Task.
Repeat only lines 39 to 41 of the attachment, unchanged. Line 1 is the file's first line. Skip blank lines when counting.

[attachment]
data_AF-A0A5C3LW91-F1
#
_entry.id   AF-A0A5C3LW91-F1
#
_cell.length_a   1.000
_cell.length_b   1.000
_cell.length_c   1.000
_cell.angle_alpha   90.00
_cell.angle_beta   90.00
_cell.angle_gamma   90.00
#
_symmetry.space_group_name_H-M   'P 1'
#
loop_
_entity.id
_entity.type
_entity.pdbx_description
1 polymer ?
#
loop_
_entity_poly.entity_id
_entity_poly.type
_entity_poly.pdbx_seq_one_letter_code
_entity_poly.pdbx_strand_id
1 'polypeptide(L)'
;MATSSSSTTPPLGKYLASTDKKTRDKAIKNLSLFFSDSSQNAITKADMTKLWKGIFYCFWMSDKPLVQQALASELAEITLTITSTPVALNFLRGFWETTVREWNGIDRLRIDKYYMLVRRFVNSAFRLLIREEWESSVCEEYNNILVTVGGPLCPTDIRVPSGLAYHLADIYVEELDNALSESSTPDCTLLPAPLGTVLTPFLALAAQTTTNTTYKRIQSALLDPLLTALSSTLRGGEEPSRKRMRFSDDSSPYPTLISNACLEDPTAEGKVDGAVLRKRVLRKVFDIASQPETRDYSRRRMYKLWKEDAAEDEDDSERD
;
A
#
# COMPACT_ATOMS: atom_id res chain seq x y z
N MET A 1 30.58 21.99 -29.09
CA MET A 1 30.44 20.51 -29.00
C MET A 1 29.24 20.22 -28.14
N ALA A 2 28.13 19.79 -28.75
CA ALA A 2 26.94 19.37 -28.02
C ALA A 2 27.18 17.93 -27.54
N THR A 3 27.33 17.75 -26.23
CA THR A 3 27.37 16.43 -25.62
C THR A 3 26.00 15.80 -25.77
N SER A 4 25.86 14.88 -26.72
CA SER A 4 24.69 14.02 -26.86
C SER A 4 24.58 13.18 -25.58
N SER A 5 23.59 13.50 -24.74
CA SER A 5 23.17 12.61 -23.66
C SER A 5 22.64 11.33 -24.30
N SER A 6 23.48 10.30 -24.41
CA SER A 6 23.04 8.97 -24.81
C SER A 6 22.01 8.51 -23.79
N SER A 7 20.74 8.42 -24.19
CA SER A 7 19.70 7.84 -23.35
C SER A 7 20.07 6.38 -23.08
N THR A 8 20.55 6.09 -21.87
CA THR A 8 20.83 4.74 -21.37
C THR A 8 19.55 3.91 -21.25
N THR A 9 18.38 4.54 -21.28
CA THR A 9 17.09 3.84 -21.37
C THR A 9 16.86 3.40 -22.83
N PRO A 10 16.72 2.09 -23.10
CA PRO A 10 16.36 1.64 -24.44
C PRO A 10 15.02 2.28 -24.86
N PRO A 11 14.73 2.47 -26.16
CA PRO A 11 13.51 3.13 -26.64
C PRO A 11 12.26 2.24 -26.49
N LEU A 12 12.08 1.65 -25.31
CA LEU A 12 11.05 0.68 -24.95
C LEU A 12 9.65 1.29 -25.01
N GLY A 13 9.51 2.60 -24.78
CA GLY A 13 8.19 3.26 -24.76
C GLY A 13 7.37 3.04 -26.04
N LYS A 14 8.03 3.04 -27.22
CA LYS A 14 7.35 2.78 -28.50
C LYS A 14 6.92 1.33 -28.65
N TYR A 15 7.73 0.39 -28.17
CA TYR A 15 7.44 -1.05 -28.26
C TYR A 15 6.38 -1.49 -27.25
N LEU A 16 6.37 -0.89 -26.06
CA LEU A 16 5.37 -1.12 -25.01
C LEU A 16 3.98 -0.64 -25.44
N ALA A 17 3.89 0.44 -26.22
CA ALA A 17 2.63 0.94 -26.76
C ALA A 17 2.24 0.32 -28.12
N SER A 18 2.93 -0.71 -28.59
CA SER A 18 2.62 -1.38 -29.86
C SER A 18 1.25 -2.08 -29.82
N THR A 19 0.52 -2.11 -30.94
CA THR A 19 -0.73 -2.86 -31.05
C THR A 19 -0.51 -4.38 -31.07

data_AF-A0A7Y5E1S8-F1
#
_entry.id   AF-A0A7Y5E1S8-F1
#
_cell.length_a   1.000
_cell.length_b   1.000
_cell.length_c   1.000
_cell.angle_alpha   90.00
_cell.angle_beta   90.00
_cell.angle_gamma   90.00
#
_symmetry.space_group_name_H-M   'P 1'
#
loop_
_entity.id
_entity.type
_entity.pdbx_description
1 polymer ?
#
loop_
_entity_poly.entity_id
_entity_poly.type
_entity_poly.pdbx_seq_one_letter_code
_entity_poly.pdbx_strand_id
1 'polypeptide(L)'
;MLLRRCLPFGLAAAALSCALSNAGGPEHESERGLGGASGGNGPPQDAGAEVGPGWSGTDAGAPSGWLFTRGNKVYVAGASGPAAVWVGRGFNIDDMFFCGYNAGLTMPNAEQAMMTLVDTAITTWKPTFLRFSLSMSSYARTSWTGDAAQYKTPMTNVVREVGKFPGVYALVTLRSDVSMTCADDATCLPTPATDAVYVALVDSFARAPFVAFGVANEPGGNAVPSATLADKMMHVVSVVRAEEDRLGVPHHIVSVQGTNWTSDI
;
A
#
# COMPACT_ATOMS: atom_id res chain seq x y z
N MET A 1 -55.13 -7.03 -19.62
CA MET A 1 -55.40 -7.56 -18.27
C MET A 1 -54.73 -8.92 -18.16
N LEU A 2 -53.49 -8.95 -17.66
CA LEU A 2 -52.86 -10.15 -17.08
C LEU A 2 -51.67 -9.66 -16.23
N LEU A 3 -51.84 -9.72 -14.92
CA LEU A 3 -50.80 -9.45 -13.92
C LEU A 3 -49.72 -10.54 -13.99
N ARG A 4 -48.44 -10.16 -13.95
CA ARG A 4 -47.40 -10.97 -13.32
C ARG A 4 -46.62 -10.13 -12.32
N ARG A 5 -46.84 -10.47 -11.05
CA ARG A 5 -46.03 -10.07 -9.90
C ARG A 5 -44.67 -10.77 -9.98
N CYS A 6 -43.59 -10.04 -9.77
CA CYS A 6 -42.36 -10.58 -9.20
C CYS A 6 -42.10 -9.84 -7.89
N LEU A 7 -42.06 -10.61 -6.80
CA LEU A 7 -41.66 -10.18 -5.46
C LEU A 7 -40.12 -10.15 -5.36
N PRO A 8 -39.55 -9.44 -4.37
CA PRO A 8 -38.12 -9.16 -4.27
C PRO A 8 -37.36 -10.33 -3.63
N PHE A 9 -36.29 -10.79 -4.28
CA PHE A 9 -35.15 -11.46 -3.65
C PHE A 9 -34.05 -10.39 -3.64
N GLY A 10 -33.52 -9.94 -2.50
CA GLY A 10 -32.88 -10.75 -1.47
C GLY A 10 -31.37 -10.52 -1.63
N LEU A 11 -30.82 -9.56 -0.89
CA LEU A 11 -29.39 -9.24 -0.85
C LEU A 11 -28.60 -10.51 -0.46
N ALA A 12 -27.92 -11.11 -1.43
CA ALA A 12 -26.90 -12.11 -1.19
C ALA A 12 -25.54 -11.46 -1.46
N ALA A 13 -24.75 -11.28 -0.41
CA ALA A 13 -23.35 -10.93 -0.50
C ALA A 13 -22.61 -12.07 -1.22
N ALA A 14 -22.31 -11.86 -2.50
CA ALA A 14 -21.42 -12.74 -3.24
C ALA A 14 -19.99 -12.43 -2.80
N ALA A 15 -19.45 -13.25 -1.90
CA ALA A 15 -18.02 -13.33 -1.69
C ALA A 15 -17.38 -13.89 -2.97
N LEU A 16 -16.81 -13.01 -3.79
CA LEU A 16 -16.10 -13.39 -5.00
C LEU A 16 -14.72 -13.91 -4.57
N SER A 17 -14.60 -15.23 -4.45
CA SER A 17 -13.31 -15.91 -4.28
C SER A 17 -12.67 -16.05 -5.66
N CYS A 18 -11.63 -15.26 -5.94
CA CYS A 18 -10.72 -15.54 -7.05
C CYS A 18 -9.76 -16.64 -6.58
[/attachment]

C THR A 3 26.00 15.80 -25.77
N SER A 4 25.86 14.88 -26.72
CA SER A 4 24.69 14.02 -26.86